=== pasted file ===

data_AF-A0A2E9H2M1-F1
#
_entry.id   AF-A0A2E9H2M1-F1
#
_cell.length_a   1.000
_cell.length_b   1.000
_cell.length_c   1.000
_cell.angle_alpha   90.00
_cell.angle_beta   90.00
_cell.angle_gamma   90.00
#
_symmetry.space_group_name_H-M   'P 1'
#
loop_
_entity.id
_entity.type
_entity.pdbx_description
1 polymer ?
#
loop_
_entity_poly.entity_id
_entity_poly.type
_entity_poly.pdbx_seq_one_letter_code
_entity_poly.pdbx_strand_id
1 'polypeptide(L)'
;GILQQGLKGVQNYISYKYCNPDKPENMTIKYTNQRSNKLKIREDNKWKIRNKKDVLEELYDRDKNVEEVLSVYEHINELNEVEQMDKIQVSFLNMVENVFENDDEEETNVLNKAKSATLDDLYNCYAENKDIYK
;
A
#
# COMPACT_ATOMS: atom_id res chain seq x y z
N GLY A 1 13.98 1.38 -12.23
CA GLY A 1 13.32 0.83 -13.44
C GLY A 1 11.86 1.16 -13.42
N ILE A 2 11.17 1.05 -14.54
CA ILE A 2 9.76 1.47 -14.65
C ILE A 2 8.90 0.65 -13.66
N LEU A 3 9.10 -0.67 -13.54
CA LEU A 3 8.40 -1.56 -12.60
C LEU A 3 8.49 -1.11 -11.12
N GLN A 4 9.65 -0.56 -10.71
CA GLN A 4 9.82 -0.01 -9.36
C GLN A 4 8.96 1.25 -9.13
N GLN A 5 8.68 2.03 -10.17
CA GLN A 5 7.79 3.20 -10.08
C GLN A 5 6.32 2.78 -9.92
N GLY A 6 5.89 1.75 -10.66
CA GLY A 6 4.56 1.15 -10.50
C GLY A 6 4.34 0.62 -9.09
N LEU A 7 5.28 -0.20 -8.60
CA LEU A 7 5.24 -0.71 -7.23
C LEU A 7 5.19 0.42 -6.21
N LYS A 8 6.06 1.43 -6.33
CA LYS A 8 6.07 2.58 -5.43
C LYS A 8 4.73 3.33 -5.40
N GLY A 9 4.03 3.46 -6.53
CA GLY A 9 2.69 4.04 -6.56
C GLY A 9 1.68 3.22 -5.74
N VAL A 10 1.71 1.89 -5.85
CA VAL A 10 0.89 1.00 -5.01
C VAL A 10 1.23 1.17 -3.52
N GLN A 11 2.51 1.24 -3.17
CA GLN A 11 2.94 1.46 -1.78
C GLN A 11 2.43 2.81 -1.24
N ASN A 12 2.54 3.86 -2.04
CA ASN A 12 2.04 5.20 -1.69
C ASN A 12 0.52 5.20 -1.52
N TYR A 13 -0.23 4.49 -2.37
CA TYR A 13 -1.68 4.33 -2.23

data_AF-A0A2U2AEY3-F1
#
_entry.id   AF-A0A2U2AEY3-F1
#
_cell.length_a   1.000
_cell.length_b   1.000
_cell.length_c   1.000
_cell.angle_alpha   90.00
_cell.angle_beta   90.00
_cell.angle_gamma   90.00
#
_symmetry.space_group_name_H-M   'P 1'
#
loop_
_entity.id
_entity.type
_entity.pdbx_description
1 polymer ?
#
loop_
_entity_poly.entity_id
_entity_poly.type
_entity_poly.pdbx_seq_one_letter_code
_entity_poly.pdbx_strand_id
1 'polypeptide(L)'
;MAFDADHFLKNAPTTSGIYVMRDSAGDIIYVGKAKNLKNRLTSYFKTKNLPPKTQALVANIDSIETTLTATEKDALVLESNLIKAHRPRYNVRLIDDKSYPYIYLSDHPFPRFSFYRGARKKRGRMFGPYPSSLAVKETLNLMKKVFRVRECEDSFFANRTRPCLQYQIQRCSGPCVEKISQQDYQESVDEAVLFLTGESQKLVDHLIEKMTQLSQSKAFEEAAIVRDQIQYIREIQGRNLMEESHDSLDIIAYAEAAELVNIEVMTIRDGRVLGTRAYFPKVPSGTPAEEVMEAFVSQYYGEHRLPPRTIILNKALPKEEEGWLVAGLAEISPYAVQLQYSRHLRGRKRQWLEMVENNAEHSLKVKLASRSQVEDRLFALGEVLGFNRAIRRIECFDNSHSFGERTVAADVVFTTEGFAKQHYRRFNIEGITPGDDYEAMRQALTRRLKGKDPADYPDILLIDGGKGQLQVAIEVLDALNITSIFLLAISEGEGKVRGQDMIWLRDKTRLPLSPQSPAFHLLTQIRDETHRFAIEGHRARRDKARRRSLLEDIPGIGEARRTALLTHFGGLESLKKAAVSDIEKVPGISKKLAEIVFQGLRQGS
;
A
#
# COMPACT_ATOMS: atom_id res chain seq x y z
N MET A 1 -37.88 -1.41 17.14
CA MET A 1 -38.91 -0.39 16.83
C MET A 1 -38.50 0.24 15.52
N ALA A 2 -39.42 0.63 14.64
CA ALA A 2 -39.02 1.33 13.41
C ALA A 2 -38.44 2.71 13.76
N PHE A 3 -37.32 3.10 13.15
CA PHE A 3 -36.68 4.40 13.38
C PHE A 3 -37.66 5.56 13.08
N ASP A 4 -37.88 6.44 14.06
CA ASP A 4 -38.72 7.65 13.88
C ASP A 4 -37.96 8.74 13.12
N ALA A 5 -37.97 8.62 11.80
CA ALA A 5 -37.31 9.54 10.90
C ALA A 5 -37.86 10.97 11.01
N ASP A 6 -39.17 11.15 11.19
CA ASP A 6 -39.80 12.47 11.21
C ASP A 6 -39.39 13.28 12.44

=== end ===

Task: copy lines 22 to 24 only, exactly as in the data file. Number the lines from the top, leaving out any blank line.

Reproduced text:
_entity_poly.type
_entity_poly.pdbx_seq_one_letter_code
_entity_poly.pdbx_strand_id